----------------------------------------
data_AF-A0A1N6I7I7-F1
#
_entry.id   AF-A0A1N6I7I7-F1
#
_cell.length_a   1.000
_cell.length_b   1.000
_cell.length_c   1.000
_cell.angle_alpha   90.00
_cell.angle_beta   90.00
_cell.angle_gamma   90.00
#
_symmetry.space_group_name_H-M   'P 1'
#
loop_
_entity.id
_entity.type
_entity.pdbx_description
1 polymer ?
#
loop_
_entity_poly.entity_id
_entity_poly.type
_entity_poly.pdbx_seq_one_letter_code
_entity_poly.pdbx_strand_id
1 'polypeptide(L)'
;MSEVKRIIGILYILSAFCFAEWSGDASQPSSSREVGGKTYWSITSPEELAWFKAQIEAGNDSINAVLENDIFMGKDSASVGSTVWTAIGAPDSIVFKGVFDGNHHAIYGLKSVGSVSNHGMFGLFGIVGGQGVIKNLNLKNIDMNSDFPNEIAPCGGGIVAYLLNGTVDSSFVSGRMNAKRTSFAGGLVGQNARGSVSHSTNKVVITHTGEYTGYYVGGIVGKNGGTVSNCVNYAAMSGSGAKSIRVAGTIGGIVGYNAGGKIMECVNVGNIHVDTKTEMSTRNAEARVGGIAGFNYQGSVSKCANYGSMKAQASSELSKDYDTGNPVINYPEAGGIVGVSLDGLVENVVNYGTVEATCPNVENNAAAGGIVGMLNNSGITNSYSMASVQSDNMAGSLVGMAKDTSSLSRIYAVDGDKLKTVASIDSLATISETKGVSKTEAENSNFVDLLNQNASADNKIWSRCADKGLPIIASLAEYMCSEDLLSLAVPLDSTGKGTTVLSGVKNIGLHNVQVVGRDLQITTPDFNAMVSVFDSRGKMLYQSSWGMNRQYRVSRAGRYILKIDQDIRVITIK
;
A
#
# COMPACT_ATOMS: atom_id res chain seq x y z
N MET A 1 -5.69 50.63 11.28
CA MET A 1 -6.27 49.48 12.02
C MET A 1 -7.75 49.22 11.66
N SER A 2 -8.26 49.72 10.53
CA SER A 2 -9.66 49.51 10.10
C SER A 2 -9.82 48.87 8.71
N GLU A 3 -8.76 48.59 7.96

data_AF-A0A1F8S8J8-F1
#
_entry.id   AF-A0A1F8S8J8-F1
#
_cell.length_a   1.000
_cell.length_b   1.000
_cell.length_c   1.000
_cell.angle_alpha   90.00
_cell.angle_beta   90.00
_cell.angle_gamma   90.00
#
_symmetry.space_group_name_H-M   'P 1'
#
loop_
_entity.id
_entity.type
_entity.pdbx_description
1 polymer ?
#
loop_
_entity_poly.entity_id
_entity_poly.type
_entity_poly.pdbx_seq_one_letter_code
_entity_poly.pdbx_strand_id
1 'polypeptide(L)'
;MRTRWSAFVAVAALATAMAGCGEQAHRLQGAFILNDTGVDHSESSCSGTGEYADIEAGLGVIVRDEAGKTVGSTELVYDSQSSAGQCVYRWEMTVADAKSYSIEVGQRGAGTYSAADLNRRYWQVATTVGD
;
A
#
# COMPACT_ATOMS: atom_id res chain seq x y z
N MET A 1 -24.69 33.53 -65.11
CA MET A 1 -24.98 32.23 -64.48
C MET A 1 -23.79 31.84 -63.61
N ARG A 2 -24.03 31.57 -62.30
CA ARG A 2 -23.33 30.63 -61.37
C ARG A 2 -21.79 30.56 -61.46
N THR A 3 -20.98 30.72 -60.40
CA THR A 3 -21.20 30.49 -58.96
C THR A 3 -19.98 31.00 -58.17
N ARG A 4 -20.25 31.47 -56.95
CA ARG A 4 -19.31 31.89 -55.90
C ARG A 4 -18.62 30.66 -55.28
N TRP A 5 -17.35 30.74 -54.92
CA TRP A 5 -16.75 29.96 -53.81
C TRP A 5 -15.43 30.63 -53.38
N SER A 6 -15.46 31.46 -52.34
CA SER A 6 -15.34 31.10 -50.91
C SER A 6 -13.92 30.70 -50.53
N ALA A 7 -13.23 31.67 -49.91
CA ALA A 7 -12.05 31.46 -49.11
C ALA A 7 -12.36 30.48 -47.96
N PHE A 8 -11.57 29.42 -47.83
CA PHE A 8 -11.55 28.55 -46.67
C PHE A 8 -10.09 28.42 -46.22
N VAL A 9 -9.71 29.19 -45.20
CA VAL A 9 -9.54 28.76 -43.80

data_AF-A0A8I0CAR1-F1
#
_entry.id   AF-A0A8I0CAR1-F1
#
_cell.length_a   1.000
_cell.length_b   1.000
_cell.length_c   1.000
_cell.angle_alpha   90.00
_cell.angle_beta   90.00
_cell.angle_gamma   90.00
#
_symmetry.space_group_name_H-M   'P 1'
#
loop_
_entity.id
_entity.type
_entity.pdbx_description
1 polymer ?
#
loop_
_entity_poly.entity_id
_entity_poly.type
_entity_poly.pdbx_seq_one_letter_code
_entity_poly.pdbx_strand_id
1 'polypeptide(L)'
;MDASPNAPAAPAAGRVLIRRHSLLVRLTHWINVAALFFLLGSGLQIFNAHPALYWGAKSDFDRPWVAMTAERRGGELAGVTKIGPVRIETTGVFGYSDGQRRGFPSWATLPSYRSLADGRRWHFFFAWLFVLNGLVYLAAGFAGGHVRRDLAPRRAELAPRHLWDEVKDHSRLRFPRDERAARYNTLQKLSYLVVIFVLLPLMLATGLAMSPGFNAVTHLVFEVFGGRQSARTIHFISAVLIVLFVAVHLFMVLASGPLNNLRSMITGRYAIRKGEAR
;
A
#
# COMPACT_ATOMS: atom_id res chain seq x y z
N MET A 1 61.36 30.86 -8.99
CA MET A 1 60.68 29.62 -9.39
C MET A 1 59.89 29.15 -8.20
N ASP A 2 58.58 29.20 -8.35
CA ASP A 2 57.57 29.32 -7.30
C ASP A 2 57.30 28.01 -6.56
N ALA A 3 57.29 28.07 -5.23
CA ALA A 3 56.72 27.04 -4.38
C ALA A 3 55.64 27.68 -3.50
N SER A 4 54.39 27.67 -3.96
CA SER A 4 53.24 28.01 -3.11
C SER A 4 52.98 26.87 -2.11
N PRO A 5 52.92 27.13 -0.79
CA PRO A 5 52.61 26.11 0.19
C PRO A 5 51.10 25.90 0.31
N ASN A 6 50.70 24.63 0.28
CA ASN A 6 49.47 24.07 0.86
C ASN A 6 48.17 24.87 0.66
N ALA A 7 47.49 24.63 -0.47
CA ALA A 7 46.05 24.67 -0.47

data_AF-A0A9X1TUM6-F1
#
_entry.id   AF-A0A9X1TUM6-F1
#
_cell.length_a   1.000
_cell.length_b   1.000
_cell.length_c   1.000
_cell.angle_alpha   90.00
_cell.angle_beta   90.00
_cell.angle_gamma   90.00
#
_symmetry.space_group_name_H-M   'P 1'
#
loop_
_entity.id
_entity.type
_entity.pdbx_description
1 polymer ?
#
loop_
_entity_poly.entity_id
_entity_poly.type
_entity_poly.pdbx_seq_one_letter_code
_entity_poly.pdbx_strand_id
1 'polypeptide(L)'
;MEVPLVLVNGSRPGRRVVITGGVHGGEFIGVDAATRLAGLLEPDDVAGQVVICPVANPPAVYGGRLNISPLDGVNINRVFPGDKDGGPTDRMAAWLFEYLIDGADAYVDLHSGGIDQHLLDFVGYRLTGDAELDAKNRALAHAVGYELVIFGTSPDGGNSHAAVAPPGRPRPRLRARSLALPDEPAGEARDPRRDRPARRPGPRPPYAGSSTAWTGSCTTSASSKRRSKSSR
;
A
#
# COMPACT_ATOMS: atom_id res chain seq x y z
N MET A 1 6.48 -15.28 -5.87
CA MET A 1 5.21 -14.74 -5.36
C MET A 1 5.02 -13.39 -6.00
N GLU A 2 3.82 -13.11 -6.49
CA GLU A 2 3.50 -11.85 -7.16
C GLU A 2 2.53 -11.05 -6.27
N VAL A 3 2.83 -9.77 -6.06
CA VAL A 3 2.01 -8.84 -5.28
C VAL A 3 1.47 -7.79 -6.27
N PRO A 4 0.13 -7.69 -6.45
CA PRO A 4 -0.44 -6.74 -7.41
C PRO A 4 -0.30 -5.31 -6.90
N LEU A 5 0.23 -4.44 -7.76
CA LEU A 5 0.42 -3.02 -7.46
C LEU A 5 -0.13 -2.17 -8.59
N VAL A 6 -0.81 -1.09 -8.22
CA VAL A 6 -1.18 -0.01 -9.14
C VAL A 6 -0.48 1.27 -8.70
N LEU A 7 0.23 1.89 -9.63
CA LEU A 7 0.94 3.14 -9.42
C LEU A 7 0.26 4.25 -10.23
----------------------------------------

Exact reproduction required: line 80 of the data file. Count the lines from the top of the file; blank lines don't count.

N TRP A 5 -17.35 30.74 -54.92